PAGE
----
Some of you may remember Richard Carlson’s late 1990’s advice, “Don’t Sweat the Small Stuff.” A copy of this motivational book is on my bookshelf. It reminds me not to let the minutiae of life get in the way of the big picture.
However, when it comes to the college experience of today’s students, you may want to reconsider this advice and start paying attention to the little aggravations and annoyances that your students are experiencing, because we have seen that these can indeed make an impact on students’ larger perceptions of your institution. Sometimes, small details truly do matter.
First, let’s look at the big picture.
Over the past 20-plus years, we have studied our National Student Satisfaction and Priorities Reports and consistently seen that a high priority area for improvement for students at four-year private and public institutions is: “Tuition paid is a worthwhile investment.”
How four-year college students rate the statement,
“Tuition paid is a worthwhile investment”
|Students attending four-year private institutions||Students attending four-year public institutions|
|Importance to me||88%||86%|
|My satisfaction level||45%||52%|
Source: 2015-2016 National Student Satisfaction and Priorities Report, www.RuffaloNL.com/SatisfactionBenchmarks
The chart above reflects the percentage of students who indicate that this statement is important or very important to them as well as the percentage that say they are satisfied or very satisfied, as measured on our Student Satisfaction Inventory (SSI). The performance gap is the difference between these two numbers. For your reference, in the range of scores at four-year privates, the tuition-is-worth-it statement is eighth in rank order of importance (out of 73 items), but with satisfaction scores that can get as high as 72 percent in the national data, you can see that there is definitely room for improvement here. Similarly, at four-year publics, this statement is again eighth in rank order of importance, and satisfaction scores can range up to 69 percent, so again, improvements can be made at four-year publics as well. (As a side note: Students at two-year community colleges, where tuition amounts are often much lower, score this item higher, with importance at 90 percent and satisfaction at 69 percent.)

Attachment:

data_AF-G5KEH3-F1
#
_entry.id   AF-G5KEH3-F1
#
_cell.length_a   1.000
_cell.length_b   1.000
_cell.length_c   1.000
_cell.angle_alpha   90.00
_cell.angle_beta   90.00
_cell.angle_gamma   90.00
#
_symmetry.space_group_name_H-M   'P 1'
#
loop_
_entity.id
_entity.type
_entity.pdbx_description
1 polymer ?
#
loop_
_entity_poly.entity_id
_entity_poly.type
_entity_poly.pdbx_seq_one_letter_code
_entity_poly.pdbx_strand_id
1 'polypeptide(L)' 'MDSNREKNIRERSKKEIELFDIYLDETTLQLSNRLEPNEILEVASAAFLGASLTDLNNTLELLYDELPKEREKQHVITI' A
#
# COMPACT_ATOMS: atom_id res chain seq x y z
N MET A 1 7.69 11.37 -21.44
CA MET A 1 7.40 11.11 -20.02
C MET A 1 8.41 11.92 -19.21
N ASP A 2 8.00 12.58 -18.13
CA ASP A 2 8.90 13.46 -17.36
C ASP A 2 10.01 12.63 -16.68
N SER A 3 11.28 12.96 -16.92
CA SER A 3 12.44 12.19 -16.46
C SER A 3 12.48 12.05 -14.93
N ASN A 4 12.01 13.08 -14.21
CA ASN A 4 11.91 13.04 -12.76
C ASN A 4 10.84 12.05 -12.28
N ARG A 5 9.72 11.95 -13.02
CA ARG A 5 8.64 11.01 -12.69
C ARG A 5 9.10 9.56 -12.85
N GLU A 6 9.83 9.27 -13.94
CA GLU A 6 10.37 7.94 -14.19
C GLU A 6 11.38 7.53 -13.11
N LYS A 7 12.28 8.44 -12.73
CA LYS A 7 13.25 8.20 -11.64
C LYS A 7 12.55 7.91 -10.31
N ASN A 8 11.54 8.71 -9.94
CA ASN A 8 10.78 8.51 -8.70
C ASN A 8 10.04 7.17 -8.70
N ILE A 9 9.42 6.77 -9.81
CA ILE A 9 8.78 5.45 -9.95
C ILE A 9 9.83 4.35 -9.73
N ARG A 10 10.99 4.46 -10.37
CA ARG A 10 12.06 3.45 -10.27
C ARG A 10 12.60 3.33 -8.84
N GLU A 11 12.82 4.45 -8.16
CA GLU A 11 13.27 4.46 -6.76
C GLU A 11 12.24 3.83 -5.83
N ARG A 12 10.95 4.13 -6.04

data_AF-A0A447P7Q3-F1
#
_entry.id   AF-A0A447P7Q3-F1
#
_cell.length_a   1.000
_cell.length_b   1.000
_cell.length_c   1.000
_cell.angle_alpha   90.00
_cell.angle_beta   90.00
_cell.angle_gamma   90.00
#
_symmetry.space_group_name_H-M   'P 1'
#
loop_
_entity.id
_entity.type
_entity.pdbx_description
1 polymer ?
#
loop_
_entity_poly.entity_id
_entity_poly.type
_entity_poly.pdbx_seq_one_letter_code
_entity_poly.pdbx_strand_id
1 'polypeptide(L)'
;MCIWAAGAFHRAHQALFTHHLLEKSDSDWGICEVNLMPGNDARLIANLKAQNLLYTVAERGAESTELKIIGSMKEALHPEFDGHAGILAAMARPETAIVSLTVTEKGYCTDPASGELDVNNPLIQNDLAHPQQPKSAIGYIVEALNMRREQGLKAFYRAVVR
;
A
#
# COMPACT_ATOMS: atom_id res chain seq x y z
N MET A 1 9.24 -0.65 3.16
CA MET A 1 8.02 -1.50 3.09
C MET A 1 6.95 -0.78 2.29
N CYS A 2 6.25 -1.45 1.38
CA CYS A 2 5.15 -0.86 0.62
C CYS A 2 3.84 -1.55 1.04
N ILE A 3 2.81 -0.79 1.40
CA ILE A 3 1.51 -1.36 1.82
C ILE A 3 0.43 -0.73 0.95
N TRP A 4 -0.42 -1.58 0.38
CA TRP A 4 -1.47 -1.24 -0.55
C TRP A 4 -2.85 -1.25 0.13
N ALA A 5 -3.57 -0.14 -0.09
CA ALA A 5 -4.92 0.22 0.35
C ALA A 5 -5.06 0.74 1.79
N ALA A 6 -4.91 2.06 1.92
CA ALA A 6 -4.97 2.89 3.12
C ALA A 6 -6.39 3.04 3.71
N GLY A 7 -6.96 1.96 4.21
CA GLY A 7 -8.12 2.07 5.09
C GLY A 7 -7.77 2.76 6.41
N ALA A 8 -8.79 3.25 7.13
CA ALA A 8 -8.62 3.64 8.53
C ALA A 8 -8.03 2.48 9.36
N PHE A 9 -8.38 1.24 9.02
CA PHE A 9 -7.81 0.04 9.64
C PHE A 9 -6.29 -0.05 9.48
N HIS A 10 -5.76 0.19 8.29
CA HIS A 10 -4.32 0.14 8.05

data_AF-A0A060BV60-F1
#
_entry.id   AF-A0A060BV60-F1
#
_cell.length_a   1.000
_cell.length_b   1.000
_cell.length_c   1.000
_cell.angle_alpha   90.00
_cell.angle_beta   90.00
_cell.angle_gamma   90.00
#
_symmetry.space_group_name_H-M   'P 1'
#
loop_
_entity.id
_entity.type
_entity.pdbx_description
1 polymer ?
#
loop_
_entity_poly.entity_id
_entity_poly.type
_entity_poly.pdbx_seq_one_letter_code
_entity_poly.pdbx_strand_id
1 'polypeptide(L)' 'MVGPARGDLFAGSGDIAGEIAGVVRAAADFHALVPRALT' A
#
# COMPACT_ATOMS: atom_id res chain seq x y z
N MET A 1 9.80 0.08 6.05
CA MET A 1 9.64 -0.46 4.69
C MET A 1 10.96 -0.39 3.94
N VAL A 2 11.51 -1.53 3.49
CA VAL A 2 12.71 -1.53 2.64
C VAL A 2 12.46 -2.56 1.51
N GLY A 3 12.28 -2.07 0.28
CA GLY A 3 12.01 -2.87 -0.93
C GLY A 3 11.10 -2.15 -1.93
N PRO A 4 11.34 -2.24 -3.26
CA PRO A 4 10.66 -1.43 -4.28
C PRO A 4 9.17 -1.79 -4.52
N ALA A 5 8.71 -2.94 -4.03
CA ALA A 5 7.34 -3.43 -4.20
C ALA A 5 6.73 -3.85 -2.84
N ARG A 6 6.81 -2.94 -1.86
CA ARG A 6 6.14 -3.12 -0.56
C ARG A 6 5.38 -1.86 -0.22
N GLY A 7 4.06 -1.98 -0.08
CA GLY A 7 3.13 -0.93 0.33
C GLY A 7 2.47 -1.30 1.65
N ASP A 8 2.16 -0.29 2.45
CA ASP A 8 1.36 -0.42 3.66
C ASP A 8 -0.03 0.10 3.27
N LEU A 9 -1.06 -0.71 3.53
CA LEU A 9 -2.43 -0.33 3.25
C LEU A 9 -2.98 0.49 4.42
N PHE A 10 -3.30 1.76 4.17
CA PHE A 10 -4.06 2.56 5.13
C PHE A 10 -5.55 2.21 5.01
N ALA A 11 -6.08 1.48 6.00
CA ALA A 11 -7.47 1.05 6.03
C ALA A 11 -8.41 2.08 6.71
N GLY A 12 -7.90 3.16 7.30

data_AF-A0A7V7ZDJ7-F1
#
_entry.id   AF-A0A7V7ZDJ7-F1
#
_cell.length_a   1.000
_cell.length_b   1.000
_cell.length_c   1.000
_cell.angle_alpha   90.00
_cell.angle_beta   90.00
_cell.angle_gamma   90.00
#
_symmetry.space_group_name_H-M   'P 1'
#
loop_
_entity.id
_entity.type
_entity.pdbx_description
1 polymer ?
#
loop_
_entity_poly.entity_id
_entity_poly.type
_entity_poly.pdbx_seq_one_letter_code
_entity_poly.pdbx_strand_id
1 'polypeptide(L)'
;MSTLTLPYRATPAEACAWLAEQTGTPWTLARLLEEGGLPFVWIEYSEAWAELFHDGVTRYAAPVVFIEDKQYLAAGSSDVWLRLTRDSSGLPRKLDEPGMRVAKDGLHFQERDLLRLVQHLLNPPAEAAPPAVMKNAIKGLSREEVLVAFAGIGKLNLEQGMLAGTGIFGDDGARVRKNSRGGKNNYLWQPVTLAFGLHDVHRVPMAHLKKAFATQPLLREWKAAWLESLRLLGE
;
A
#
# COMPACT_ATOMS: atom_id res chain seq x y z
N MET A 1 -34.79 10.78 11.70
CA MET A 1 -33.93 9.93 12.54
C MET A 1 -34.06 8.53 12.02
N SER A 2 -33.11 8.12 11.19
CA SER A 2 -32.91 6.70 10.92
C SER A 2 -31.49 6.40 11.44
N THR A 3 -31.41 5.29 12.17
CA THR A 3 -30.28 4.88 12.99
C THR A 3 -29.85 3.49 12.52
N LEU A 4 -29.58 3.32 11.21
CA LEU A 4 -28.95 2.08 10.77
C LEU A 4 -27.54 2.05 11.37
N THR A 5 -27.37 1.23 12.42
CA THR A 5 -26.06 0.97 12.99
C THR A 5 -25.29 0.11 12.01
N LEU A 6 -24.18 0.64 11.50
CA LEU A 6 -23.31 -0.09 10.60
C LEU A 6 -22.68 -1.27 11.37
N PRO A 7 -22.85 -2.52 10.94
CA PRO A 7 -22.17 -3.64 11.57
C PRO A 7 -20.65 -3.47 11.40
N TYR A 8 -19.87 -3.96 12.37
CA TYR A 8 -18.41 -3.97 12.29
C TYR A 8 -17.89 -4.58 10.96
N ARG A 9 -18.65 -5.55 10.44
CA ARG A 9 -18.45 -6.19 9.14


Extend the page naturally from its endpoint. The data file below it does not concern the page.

So what can colleges and universities do to improve perceptions of student tuition being worthwhile?
When consulting with colleges about their satisfaction scores, I used to recommend that institutions respond to this issue by working to improve students’ perceptions of the value of their education. This included suggestions such as telling students more about job placement rates and other outcomes after graduation, like the success of college alumni. I still believe these are important messages, especially while you are recruiting new students. It is also a good idea to continue to emphasize these messages with enrolled students. But sometimes, if an individual student doesn’t inherently value what you have to offer, it can be difficult to truly change their perception in this area.